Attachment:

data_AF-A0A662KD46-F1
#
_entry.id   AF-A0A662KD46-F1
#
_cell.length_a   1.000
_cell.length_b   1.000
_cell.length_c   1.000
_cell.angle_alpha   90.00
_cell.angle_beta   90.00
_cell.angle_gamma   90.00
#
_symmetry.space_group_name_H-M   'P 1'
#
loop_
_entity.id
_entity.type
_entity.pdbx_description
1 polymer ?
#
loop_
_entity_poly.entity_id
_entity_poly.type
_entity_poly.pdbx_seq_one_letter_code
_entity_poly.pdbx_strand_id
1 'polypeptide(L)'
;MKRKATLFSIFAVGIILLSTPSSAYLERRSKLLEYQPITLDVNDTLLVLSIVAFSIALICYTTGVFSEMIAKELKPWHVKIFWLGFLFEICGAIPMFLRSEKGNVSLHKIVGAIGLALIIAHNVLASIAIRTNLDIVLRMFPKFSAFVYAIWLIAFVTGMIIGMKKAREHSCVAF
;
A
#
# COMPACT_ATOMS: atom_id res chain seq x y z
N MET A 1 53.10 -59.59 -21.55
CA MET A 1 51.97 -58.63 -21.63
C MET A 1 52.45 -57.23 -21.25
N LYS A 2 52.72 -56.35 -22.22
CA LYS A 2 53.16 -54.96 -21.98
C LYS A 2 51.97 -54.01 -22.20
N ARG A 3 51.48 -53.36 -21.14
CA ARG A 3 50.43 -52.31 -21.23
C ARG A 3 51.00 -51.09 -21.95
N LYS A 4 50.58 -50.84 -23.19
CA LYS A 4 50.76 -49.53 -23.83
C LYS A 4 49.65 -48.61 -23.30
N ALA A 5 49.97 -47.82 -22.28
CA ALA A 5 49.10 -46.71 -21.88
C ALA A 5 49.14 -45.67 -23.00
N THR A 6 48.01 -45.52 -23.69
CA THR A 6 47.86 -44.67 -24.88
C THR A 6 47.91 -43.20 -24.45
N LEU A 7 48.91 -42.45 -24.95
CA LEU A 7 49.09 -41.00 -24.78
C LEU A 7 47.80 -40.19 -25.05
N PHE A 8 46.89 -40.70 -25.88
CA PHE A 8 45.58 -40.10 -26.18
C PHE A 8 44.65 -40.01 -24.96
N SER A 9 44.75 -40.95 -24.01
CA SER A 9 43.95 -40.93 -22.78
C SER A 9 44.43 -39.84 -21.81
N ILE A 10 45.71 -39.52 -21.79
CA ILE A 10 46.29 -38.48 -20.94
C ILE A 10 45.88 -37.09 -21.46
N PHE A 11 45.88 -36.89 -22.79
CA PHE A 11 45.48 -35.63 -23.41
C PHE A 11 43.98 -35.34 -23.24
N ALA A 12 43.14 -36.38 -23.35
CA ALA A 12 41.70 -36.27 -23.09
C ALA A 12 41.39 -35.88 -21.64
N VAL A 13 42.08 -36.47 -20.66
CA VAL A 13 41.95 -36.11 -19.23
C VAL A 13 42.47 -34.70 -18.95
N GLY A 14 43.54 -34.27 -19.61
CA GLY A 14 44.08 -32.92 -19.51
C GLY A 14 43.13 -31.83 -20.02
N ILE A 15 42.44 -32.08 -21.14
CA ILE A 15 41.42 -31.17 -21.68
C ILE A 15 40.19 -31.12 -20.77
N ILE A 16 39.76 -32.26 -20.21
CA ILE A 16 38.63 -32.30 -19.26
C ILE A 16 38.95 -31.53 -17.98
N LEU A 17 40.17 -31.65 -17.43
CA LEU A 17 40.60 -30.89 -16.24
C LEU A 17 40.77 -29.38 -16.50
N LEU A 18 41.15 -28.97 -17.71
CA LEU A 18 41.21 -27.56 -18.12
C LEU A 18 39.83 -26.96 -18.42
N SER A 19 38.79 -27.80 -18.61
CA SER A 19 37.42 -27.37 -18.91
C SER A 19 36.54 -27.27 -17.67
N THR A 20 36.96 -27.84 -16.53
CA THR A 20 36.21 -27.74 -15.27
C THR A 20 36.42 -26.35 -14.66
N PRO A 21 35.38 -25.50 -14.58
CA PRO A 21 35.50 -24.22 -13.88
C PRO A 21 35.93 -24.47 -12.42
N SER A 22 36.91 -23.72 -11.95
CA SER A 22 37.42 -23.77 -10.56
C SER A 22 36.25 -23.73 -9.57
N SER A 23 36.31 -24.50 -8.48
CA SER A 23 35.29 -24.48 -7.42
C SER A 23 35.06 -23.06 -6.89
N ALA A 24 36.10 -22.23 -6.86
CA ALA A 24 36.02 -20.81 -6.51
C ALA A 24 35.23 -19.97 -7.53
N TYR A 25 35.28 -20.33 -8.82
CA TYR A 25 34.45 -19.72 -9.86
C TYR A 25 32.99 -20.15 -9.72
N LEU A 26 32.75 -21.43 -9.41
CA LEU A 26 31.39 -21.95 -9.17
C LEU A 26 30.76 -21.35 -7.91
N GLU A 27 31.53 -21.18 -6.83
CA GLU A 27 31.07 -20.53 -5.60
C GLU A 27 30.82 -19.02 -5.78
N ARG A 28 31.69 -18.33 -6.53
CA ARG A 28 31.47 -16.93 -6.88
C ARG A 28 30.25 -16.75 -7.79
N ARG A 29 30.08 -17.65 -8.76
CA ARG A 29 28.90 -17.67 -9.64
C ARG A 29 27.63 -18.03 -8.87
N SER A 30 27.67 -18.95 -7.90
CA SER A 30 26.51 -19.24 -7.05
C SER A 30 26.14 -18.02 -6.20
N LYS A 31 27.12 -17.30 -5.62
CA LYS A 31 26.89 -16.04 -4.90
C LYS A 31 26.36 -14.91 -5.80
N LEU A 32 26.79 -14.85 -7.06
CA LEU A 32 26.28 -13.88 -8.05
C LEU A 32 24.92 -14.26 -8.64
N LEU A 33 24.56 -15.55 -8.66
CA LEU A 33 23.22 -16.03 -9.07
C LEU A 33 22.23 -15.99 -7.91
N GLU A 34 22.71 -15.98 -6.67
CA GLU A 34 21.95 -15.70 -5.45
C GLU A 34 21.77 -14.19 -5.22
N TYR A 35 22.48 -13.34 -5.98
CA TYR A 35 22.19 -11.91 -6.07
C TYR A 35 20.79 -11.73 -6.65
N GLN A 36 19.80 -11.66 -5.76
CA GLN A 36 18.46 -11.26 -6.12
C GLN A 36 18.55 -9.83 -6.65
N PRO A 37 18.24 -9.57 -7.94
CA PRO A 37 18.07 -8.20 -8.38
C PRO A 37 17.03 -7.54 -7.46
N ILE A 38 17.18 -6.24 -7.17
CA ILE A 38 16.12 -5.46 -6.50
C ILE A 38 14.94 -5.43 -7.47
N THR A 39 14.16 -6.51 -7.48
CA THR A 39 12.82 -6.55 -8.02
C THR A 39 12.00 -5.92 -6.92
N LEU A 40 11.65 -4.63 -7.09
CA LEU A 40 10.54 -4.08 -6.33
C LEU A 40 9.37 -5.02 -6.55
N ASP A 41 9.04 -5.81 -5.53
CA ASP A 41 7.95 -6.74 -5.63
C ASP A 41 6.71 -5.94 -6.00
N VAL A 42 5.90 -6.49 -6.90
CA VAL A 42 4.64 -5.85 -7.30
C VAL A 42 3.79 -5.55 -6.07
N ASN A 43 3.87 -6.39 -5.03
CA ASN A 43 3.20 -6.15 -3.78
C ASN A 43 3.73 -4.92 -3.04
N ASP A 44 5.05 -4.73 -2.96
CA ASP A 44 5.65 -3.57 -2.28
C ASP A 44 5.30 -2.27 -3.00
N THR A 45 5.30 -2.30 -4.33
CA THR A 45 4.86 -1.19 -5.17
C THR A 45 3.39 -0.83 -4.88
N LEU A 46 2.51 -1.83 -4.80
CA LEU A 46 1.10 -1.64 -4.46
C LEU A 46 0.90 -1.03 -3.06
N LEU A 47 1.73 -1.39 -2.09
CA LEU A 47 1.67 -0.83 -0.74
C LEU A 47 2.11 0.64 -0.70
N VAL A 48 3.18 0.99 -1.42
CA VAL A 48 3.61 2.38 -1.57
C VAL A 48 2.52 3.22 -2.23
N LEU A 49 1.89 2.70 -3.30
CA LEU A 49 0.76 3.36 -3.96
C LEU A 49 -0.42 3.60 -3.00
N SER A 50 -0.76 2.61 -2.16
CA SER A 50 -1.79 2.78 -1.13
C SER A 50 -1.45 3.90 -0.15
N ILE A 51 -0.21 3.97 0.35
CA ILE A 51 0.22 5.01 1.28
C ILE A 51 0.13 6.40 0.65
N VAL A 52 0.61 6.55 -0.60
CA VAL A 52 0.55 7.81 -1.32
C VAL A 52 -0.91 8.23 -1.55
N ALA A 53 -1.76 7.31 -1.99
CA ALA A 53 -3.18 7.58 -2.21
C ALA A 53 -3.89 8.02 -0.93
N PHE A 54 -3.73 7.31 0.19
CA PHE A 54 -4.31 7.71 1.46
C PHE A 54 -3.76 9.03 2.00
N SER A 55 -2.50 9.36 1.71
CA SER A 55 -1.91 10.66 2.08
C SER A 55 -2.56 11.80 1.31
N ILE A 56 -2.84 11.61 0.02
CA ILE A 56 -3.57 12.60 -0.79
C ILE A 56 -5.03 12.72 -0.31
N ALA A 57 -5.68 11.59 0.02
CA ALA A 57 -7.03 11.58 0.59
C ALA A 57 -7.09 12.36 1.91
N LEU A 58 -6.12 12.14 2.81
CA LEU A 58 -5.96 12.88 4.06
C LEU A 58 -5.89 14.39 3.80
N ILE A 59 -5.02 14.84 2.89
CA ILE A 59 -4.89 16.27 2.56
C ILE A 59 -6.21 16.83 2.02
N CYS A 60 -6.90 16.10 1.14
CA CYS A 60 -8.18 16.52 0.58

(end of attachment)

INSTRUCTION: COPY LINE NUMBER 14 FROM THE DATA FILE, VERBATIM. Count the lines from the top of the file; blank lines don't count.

loop_